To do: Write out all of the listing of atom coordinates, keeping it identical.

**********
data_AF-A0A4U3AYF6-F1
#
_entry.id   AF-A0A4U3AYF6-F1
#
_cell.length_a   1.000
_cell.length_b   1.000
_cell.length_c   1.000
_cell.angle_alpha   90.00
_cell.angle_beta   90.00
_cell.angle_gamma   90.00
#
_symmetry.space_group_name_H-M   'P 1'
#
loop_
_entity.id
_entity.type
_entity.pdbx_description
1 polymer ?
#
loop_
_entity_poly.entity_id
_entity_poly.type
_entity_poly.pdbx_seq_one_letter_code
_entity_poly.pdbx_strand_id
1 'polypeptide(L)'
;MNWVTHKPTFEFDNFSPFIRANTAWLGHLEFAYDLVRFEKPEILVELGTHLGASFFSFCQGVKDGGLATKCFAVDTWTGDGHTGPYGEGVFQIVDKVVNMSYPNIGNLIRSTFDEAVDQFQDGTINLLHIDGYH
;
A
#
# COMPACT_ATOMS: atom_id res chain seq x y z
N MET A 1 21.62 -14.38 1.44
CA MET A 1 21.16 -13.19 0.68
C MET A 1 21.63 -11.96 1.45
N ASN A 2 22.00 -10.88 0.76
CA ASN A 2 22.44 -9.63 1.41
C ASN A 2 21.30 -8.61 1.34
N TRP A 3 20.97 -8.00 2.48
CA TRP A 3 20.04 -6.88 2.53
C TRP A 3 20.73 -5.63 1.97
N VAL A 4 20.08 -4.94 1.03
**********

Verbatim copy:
data_AF-A0A4U3AYF6-F1
#
_entry.id   AF-A0A4U3AYF6-F1
#
_cell.length_a   1.000
_cell.length_b   1.000
_cell.length_c   1.000
_cell.angle_alpha   90.00
_cell.angle_beta   90.00
_cell.angle_gamma   90.00
#
_symmetry.space_group_name_H-M   'P 1'
#
loop_
_entity.id
_entity.type
_entity.pdbx_description
1 polymer ?
#
loop_
_entity_poly.entity_id
_entity_poly.type
_entity_poly.pdbx_seq_one_letter_code
_entity_poly.pdbx_strand_id
1 'polypeptide(L)'
;MNWVTHKPTFEFDNFSPFIRANTAWLGHLEFAYDLVRFEKPEILVELGTHLGASFFSFCQGVKDGGLATKCFAVDTWTGDGHTGPYGEGVFQIVDKVVNMSYPNIGNLIRSTFDEAVDQFQDGTINLLHIDGYH
;
A
#
# COMPACT_ATOMS: atom_id res chain seq x y z
N MET A 1 21.62 -14.38 1.44
CA MET A 1 21.16 -13.19 0.68
C MET A 1 21.63 -11.96 1.45
N ASN A 2 22.00 -10.88 0.76
CA ASN A 2 22.44 -9.63 1.41
C ASN A 2 21.30 -8.61 1.34
N TRP A 3 20.97 -8.00 2.48
CA TRP A 3 20.04 -6.88 2.53
C TRP A 3 20.73 -5.63 1.97
N VAL A 4 20.08 -4.94 1.03